Do you love Shrek and also night terrors? Look no further
Everyone is familiar with Shrek.
The 2001 DreamWorks hit featuring Mike Myers as the eponymous Scottish ogre who, through the course of the film, became the unconventional hero alongside his noble Donkey (Eddie Murphy), captured our hearts and defined the early 2000’s. Its huge box office success came as a massive shock to DreamWorks, who considered it the ugly sibling of The Prince of Egypt, which was in production at the same time*. It’s a franchise that remains as relevant and influential now as when it was first released, so homages and artistic interpretations are pretty much a guarantee.
But I’ll tell you right now, folks, this is something else.
This crowdsourced remake, called Shrek Retold, features the work of over 200 animators, artists, and filmmakers, who each remade a particular scene of the movie based on their own artistic interpretation. And, as so many things do these days, it all started with a tweet.
filmmakers, animators, musicians- need ur help for a Shrekfest thing… hit me up if u can fart something out fast
— 3GI (@the3GI) August 18, 2018
Basically, it’s a shot-for-shot remake of the film in 200 different styles ranging from extremely detailed cartoons
To live action actors with green face paint on
To literal nightmare fuel.
The term “artistic interpretation” is pretty broad and could mean a ton of different things, so let me give you a more refined description of what you’re about to see. I really don’t think anything can fully prepare you for this but I’ll do my best.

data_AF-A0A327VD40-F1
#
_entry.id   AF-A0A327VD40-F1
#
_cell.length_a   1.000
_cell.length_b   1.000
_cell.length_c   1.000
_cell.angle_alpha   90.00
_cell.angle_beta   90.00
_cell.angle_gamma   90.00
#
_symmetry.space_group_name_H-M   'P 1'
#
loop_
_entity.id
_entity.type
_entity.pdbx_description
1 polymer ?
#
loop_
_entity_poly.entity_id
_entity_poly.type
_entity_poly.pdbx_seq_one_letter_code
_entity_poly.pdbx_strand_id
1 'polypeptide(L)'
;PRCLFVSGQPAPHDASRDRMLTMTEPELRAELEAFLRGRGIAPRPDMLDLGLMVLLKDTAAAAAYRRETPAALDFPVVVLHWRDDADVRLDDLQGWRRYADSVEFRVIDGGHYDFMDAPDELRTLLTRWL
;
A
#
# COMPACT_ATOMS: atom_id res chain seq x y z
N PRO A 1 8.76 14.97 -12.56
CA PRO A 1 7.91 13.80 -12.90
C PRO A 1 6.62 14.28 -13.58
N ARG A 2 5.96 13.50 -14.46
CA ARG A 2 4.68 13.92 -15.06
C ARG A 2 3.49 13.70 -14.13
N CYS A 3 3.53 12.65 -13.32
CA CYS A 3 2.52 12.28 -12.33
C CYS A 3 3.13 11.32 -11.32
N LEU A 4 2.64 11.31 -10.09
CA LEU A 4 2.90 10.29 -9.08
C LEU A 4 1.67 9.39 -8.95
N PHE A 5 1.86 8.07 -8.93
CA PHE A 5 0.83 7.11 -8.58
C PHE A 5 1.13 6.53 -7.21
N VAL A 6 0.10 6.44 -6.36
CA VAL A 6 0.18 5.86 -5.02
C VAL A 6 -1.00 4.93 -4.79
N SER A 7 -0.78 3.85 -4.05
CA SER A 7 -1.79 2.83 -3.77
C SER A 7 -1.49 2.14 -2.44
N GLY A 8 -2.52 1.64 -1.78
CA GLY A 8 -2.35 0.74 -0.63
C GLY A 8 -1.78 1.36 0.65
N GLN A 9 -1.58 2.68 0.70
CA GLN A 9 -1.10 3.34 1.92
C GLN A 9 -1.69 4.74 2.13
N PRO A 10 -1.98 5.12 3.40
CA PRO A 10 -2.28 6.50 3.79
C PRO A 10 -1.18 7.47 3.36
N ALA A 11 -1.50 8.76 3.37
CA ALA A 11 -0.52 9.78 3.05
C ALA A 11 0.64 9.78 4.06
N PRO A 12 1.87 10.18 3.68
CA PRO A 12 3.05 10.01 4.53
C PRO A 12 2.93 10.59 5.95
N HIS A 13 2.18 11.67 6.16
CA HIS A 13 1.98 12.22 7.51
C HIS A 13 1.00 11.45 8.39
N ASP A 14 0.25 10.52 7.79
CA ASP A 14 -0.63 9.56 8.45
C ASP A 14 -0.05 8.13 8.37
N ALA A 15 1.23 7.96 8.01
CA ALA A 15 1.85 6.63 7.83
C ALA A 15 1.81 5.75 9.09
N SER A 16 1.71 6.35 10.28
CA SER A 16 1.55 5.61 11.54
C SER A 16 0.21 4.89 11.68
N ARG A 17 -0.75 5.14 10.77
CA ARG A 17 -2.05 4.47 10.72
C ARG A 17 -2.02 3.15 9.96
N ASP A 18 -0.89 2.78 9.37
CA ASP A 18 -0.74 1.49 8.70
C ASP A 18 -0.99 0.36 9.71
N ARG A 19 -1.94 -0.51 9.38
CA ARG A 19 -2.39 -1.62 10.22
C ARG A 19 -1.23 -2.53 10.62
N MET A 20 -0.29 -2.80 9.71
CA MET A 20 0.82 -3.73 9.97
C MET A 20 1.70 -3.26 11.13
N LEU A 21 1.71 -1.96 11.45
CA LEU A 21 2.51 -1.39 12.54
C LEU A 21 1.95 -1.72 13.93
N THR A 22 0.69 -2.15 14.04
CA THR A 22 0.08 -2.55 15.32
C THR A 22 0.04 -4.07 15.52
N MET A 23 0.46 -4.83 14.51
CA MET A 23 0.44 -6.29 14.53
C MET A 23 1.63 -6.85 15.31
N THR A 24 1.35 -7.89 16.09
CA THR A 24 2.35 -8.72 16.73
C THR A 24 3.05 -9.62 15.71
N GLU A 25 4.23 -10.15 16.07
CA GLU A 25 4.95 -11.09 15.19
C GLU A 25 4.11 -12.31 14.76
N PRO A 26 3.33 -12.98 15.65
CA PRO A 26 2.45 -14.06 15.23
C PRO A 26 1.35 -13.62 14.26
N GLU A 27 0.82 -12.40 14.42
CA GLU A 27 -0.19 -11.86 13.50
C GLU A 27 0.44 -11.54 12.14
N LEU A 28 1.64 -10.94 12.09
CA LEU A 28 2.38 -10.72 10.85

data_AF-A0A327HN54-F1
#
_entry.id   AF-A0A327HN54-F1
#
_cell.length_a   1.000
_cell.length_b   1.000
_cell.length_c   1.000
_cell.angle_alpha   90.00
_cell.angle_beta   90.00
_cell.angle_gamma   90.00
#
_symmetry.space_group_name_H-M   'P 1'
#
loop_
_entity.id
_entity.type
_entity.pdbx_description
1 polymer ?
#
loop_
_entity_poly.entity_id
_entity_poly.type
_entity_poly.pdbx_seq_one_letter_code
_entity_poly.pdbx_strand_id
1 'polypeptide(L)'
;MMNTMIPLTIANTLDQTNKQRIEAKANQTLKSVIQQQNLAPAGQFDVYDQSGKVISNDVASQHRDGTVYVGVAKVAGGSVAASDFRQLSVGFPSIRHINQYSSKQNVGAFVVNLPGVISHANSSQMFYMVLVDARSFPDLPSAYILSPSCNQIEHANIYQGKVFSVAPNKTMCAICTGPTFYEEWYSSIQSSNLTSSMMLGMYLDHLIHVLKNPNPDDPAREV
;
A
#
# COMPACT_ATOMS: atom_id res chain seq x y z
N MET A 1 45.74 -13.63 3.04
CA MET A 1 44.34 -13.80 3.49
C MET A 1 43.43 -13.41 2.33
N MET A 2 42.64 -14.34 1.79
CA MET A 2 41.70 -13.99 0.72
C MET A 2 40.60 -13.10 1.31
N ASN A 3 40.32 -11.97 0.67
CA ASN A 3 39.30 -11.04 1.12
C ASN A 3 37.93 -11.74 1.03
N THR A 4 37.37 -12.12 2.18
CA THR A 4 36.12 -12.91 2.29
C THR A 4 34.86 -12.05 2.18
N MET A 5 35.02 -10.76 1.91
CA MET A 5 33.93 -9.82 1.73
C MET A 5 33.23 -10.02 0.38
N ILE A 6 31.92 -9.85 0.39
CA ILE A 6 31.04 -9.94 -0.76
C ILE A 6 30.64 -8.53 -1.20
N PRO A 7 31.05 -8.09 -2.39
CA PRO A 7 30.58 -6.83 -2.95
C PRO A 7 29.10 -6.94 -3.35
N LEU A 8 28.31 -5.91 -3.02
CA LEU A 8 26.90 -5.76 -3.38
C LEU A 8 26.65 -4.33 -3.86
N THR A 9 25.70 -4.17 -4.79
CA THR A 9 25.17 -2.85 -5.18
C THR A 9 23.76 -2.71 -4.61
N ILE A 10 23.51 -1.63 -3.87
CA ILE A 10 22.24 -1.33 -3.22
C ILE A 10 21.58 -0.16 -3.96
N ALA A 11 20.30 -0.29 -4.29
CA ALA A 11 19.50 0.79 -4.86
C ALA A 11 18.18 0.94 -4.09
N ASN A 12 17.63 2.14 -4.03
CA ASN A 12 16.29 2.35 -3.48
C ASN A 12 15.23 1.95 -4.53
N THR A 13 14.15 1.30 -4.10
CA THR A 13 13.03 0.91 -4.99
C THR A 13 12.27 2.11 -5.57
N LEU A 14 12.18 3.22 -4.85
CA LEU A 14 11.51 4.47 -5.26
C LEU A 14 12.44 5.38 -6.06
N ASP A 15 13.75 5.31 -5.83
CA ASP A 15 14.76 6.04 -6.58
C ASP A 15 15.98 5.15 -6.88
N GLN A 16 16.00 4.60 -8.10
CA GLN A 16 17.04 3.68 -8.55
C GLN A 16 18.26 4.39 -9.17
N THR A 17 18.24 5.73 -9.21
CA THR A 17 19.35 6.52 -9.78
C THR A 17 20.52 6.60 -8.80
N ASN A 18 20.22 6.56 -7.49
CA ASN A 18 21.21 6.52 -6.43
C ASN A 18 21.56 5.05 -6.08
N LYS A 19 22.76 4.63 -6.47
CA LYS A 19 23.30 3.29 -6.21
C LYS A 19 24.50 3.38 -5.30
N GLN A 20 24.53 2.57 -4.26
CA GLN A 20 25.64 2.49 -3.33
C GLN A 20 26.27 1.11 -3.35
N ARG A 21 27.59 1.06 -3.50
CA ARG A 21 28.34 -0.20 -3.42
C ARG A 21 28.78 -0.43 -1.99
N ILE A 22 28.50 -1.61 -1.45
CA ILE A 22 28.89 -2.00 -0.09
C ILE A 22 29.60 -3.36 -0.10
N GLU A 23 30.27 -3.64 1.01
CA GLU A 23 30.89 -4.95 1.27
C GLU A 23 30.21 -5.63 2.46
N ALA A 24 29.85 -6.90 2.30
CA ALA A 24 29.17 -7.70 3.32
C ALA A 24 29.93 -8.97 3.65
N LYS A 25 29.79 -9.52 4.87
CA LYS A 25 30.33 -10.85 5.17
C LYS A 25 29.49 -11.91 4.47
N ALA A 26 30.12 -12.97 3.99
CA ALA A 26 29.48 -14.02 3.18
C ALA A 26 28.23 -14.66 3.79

Imagine you took Shrek and fed it through a meat grinder, but the meat grinder is the tunnel of terror from Willy Wonka and the Chocolate Factory, and then this is what you’re left with.
A conglomerate of ground horror Shrek. That’s the best way I can describe it.
New trailer for our crowdsourced Shrek remake – SHREK RETOLD pic.twitter.com/atoL2IIlYt
— 3GI (@the3GI) November 15, 2018
I want to make it clear that I’m not a hater of art and film, I appreciate the work that went into each segment of this collaboration. I could never do it myself and I definitely have respect for the contributors who made this possible.
That doesn’t change the fact that I 100% need to find a support group after watching it.
There’s more, though. For better or for worse, you can experience the entire full length feature on YouTube at no cost other than your own sanity. Good luck.
Credit for all contributors involved was compiled into a Google Spreadsheets document provided by 3GI in the full length video description. The full list of artists involved can be found here.
Notes from the author
*Shrek was actually used as an animators Gulag, if you fucked up while working on The Prince of Egypt, you were sent to work on Shrek as punishment. As well as being considered a dungeon for animators, the movie’s release was delayed when Mike Myers decided he wanted to change Shrek’s accent – meaning they would have to re-record all of his dialogue, costing extra time and an additional $4 million dollars. However, it not only swept The Prince of Egypt away in the box office, it even went on to win DreamWorks an Academy Award for Best Animated Feature, and to date the franchise has made over $2 billion.
I guess this proves that in order to have a successful movie you need more than a big cast and pretty animation.